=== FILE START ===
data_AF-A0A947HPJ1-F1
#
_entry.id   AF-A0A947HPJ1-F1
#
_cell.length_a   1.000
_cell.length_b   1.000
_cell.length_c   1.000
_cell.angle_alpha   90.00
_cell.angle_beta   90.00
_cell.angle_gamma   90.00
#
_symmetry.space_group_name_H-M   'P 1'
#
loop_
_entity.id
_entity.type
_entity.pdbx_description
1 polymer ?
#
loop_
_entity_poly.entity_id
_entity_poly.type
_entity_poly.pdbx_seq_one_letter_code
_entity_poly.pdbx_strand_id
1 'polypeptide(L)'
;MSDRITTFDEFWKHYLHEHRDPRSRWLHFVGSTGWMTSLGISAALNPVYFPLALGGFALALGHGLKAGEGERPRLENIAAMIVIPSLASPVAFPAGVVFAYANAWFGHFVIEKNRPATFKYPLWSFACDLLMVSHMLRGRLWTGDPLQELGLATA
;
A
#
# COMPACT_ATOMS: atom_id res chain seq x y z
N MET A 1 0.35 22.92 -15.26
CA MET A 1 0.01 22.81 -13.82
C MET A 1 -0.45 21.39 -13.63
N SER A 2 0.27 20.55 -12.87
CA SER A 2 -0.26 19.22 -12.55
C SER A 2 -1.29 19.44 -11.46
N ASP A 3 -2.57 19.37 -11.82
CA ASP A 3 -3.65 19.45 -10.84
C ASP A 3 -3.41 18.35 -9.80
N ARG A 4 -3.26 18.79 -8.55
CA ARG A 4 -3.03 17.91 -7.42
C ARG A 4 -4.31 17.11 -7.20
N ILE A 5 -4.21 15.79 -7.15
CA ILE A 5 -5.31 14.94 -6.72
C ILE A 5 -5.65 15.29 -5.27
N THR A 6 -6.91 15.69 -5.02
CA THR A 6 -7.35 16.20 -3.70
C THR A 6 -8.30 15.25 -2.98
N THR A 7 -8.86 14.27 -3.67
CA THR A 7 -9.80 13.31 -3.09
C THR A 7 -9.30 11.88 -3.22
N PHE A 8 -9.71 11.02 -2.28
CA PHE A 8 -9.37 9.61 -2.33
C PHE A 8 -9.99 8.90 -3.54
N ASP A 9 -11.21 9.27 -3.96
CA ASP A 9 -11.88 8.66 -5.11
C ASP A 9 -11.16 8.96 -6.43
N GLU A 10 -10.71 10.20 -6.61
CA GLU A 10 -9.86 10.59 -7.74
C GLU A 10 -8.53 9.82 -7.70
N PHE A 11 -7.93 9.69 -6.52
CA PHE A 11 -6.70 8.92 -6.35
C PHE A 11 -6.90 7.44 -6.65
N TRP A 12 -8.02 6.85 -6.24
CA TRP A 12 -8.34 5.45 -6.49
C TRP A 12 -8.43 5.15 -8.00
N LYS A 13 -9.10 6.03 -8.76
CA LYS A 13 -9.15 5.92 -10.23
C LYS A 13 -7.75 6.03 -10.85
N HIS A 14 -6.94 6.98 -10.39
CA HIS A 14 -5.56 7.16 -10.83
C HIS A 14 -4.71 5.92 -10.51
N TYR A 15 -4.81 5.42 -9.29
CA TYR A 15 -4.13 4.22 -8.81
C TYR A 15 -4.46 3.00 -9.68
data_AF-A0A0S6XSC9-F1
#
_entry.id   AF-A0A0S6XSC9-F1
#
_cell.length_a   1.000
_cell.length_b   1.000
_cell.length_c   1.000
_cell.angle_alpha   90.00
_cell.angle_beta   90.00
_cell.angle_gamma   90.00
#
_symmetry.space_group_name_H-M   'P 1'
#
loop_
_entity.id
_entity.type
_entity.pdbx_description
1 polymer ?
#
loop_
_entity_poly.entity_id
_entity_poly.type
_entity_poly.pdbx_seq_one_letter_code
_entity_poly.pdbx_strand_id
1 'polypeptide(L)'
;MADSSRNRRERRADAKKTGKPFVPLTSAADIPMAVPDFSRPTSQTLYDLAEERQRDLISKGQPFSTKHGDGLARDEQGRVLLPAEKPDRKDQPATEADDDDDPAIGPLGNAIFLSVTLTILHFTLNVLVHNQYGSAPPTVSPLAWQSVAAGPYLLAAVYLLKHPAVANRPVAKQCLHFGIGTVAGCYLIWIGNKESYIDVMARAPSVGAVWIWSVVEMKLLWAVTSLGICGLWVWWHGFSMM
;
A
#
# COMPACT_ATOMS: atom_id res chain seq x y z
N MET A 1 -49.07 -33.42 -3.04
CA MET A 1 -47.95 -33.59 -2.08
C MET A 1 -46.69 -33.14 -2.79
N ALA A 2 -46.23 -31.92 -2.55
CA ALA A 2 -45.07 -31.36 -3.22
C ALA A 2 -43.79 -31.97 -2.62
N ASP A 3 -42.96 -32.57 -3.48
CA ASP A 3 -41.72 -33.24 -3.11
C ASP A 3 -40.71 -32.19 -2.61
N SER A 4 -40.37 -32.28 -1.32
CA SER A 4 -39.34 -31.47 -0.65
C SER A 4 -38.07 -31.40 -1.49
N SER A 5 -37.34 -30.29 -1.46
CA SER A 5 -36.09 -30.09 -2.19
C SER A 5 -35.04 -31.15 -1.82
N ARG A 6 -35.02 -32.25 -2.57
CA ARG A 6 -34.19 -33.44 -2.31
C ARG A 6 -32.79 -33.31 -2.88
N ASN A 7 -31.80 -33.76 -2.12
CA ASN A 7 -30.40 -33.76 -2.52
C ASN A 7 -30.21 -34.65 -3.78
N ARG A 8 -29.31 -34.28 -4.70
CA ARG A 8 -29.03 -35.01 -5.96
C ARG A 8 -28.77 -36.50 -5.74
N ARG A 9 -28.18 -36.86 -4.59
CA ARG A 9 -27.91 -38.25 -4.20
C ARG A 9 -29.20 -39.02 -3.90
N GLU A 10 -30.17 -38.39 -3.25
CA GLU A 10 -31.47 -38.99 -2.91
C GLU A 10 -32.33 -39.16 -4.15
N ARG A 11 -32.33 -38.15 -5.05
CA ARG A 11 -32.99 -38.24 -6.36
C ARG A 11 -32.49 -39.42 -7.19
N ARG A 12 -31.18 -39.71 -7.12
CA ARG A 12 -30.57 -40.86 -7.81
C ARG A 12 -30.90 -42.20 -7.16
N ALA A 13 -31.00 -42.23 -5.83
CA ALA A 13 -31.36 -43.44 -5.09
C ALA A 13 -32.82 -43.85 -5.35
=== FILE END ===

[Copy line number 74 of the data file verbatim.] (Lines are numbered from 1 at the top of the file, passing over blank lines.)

CA TYR A 15 -4.13 4.22 -8.81